Compression Agents

This was inspired by Roy Walton's "Pair Dance" (Connoisseur Conjuring web site, July 27, 2000) and Duffie/Robertson's "Co-Sign" (Abracadabra). It uses both the methodology and the idea of "compression agents" from "Co-sign" to accomplish a different effect compressing two cards into a single card which combines the value of one with the suit of the other. And it does so twice!

Note the top two cards. As long at they're different values and suits, you're ready to proceed. Cull their mates to the top, above them. That is, if the top two are the Jack of Hearts and Five of Clubs, cull the Five of Hearts and Jack of Clubs to the top, in any order. If you have time to set up in advance, have one of the two cards a picture card and the other a spot card—as in the example—for better contrast.

WORKING

1. Shuffle the deck, keeping the four-card stack on top. Now run through the deck and upjog the two black Kings, saying, "These two black Kings are the compression agents in the deck."Strip them out adding a card via the Vernon Add-on then place the deck on top. Turn the deck face-down and deal the top two cards (reversing their order) into a pile on the table to your right.

2. Casually spread the top cards of the deck, in order to get a break

"I imagine you're wondering what I mean by compression agents. Let's take the top two cards and I'll show you what I mean."

Push the top card over to the right, so two cards are seen (Fig. 1), then turn all four cards over the break face-up on top. Immediately square, then push off the top card to display two face-up cards. In our example, they are the Five of Clubs and the Jack of Hearts.

under the top four cards. 1

under the top four cards. 1

"If we were to compress these two cards into a single card, it would have the value of one card and the suit of the other. For example, it would be a five [pointing to the Five of Clubs] and a Heart [pointing to the Jack of Hearts]: the Five of Hearts. But notice it might also be a Jack [pointing to the Jack of Hearts] and a Club [pointing to the Jack of Clubs]: You get to choose."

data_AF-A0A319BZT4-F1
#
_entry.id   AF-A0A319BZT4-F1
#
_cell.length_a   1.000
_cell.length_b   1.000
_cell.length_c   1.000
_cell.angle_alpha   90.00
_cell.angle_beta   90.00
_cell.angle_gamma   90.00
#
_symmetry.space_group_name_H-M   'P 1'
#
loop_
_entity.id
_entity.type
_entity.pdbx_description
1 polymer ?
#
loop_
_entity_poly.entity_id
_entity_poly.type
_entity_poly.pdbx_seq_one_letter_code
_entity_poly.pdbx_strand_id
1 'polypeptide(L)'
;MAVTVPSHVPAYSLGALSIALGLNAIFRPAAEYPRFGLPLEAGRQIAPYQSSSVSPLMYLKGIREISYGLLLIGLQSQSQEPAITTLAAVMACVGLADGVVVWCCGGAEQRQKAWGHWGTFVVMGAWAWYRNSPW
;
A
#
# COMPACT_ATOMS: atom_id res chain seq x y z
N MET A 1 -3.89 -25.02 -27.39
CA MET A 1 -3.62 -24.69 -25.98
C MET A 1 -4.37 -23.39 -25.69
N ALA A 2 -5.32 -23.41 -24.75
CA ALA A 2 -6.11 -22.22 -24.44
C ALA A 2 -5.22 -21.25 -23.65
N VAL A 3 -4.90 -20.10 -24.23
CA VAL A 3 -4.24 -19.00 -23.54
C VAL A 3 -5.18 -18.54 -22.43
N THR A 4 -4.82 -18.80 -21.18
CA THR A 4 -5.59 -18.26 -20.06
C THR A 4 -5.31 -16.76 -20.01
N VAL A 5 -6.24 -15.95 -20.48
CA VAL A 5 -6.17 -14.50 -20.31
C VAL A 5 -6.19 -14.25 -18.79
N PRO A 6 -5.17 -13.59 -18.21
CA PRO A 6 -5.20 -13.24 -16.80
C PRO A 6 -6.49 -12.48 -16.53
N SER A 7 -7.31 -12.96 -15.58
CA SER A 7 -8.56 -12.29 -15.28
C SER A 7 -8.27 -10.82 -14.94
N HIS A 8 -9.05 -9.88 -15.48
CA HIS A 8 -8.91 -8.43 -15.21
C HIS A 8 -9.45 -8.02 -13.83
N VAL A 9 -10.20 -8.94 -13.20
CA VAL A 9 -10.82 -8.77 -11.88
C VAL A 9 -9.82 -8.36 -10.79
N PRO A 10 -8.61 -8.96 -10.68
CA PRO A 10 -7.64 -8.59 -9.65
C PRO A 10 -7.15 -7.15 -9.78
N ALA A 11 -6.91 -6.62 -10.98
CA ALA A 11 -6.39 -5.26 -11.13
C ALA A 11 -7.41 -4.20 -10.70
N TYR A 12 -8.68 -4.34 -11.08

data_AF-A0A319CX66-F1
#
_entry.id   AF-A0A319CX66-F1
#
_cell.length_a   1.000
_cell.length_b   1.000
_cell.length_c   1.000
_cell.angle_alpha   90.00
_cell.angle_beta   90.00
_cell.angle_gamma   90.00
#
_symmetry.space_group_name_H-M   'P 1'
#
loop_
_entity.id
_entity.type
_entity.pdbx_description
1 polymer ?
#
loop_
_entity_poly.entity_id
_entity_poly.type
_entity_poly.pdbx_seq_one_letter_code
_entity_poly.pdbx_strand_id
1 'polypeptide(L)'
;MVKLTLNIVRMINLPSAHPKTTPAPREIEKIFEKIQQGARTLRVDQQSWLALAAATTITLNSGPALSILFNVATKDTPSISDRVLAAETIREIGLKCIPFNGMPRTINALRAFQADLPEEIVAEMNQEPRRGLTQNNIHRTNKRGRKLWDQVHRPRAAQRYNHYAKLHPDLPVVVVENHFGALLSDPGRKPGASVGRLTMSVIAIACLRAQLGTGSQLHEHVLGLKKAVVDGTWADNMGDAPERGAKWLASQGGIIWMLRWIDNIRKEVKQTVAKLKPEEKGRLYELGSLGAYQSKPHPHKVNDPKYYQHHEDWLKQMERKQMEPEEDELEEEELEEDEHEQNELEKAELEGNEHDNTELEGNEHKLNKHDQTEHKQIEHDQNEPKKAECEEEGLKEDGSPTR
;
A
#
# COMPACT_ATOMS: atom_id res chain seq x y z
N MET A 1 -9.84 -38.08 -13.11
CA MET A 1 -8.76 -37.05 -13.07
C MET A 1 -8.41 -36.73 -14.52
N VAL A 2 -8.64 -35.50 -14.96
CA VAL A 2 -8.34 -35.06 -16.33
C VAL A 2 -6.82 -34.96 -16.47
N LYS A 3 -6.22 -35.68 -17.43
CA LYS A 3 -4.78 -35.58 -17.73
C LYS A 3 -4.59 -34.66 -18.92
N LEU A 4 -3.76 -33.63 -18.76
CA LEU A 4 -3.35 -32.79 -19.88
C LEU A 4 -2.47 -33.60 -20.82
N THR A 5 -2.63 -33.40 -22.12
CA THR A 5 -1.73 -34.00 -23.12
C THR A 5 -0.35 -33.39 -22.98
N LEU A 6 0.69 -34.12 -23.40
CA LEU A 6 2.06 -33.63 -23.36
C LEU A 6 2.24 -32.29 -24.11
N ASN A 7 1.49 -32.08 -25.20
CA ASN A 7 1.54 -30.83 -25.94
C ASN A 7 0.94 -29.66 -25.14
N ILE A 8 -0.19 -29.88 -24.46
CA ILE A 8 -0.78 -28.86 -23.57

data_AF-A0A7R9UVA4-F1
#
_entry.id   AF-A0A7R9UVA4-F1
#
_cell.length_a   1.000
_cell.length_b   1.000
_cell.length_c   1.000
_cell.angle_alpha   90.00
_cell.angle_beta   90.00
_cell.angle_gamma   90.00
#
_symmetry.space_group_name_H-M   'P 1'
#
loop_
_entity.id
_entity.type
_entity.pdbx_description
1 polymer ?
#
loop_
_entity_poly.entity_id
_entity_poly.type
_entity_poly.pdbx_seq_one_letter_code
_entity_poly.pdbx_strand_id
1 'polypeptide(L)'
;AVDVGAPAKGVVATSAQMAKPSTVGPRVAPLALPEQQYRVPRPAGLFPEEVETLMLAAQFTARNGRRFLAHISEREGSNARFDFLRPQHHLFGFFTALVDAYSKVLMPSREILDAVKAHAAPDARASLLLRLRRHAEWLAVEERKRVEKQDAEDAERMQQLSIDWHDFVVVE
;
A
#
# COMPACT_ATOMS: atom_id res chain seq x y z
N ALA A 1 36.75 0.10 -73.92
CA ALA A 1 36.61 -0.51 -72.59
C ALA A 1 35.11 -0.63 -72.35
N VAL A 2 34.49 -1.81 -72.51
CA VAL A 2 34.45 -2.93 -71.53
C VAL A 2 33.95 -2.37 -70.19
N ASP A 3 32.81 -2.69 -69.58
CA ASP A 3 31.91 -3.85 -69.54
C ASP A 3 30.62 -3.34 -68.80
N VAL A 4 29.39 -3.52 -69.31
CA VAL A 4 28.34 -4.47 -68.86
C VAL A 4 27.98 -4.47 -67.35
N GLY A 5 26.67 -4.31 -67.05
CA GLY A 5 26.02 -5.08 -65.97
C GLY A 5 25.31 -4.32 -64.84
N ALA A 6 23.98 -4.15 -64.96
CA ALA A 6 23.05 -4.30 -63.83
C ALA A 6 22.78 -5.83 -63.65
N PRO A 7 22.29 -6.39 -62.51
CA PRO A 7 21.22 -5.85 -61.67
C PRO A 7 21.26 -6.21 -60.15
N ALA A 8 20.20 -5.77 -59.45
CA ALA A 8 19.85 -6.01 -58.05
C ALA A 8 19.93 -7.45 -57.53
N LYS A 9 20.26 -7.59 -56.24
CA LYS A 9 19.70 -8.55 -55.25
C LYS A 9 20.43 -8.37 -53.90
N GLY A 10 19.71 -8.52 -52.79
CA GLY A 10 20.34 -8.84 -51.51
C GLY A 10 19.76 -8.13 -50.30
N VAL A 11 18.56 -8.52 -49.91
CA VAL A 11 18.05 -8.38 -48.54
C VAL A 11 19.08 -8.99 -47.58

3. Turn the four cards face-down again and deal the top two cards onto the table (reversing their order). Set the deck down so that you can slide the two cards between the two "Compression Agents" on the table, lifting the upper card to assist, and flashing the face of this upper card, which is a King.

4. Pick up the four cards and place them on top of the deck. Hit the deck with your fist, saying, "Now I'll let you see what the compression agents can do."

Lift off the top card (King) and toss it face-up onto the table. Pick off the next card and drop it face-down, spread on top of the King. Then pick off the third card (King) and toss it face-up onto the face-down card, so that there is a single face-down card between two face-up Kings. A card seems to have vanished from between the Kings. Finally turn over the three-card spread to reveal that the two cards have compressed into a single card.

5. There are now two possibilities, equally good. If the card seen is the card chosen by the spectator, say, "The compression agents seem to have done their job very well." If not, say "Sometimes that happens. They compress the card, but they don't get the right one."

6. While you're saying this, get a break under the top card, in preparation for doing a variation o the Kosky Switch.

Sandwich

Pick up the three cards and turn them over on top of the deck, so that the Kings are face-up again. Pick up the card from the break, then go through the movements of the Kosky Switch, up to the point where the three cards are outjogged on top of the deck (Fig.2).

If the card was the correct one, say "But you might have chosen the other card. That would have been alright, too, since the compression agents can handle any eventuality." If the card was incorrect, say "Don't worry about it, the compression agents have a self-correcting feature."

Undercut half the deck and place it on top (Fig.3). You now turn the sandwich so that it protrudes from the left side of the deck, at right angles to the deck (Fig.4). Then push it through the deck until it protrudes from the right side (Fig.5). Finally remove the sandwich from the deck. During this process, there is a tendency for the plunger principle to make the original card move as well. It's easy, however, to use right or left fingers at appropriate times to ensure that only the sandwich moves.

Finally, turn over the three-card spread to reveal that the sandwiched card has changed to either (a) the original card named by the spectator (if it was wrong originally), or (b) the card that they didn't choose (if it was right originally).

Was this article helpful?

0 0

Post a comment